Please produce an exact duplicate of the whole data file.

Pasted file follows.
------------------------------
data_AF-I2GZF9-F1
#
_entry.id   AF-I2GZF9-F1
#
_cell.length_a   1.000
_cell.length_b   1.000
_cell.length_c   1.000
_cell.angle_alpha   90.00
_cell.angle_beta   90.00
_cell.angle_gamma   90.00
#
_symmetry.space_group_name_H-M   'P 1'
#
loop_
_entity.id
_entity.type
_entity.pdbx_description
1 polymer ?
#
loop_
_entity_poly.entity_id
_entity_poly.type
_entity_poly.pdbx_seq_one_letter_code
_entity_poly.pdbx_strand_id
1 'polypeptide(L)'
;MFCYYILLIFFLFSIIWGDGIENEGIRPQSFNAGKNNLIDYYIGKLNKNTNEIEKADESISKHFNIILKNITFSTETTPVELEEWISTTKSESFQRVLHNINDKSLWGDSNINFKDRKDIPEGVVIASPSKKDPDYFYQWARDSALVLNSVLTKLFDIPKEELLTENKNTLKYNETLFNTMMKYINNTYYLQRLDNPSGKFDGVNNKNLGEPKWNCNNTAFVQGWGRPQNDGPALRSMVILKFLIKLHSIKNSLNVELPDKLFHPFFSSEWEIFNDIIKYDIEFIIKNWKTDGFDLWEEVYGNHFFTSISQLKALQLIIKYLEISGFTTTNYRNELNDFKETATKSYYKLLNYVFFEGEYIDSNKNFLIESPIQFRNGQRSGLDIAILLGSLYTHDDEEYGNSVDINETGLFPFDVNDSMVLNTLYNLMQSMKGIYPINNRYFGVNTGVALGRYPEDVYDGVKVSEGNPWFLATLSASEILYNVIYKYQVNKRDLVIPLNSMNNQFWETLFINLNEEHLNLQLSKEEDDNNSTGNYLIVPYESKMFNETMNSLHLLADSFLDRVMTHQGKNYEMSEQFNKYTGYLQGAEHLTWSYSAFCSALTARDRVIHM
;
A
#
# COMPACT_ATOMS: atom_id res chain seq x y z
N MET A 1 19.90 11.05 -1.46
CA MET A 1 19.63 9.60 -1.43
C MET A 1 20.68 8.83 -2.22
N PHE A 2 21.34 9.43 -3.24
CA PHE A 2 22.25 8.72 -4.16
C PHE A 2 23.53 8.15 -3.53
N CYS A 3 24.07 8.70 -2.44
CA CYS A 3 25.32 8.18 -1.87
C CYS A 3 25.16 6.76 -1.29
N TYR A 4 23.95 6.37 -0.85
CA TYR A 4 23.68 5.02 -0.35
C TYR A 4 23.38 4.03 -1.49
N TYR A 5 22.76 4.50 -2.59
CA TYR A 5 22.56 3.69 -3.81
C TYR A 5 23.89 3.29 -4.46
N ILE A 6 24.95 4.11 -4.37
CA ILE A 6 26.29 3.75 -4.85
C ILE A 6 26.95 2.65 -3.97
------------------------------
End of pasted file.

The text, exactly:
data_AF-I2GZF9-F1
#
_entry.id   AF-I2GZF9-F1
#
_cell.length_a   1.000
_cell.length_b   1.000
_cell.length_c   1.000
_cell.angle_alpha   90.00
_cell.angle_beta   90.00
_cell.angle_gamma   90.00
#
_symmetry.space_group_name_H-M   'P 1'
#
loop_
_entity.id
_entity.type
_entity.pdbx_description
1 polymer ?
#
loop_
_entity_poly.entity_id
_entity_poly.type
_entity_poly.pdbx_seq_one_letter_code
_entity_poly.pdbx_strand_id
1 'polypeptide(L)'
;MFCYYILLIFFLFSIIWGDGIENEGIRPQSFNAGKNNLIDYYIGKLNKNTNEIEKADESISKHFNIILKNITFSTETTPVELEEWISTTKSESFQRVLHNINDKSLWGDSNINFKDRKDIPEGVVIASPSKKDPDYFYQWARDSALVLNSVLTKLFDIPKEELLTENKNTLKYNETLFNTMMKYINNTYYLQRLDNPSGKFDGVNNKNLGEPKWNCNNTAFVQGWGRPQNDGPALRSMVILKFLIKLHSIKNSLNVELPDKLFHPFFSSEWEIFNDIIKYDIEFIIKNWKTDGFDLWEEVYGNHFFTSISQLKALQLIIKYLEISGFTTTNYRNELNDFKETATKSYYKLLNYVFFEGEYIDSNKNFLIESPIQFRNGQRSGLDIAILLGSLYTHDDEEYGNSVDINETGLFPFDVNDSMVLNTLYNLMQSMKGIYPINNRYFGVNTGVALGRYPEDVYDGVKVSEGNPWFLATLSASEILYNVIYKYQVNKRDLVIPLNSMNNQFWETLFINLNEEHLNLQLSKEEDDNNSTGNYLIVPYESKMFNETMNSLHLLADSFLDRVMTHQGKNYEMSEQFNKYTGYLQGAEHLTWSYSAFCSALTARDRVIHM
;
A
#
# COMPACT_ATOMS: atom_id res chain seq x y z
N MET A 1 19.90 11.05 -1.46
CA MET A 1 19.63 9.60 -1.43
C MET A 1 20.68 8.83 -2.22
N PHE A 2 21.34 9.43 -3.24
CA PHE A 2 22.25 8.72 -4.16
C PHE A 2 23.53 8.15 -3.53
N CYS A 3 24.07 8.70 -2.44
CA CYS A 3 25.32 8.18 -1.87
C CYS A 3 25.16 6.76 -1.29
N TYR A 4 23.95 6.37 -0.85
CA TYR A 4 23.68 5.02 -0.35
C TYR A 4 23.38 4.03 -1.49
N TYR A 5 22.76 4.50 -2.59
CA TYR A 5 22.56 3.69 -3.81
C TYR A 5 23.89 3.29 -4.46
N ILE A 6 24.95 4.11 -4.37
CA ILE A 6 26.29 3.75 -4.85
C ILE A 6 26.95 2.65 -3.97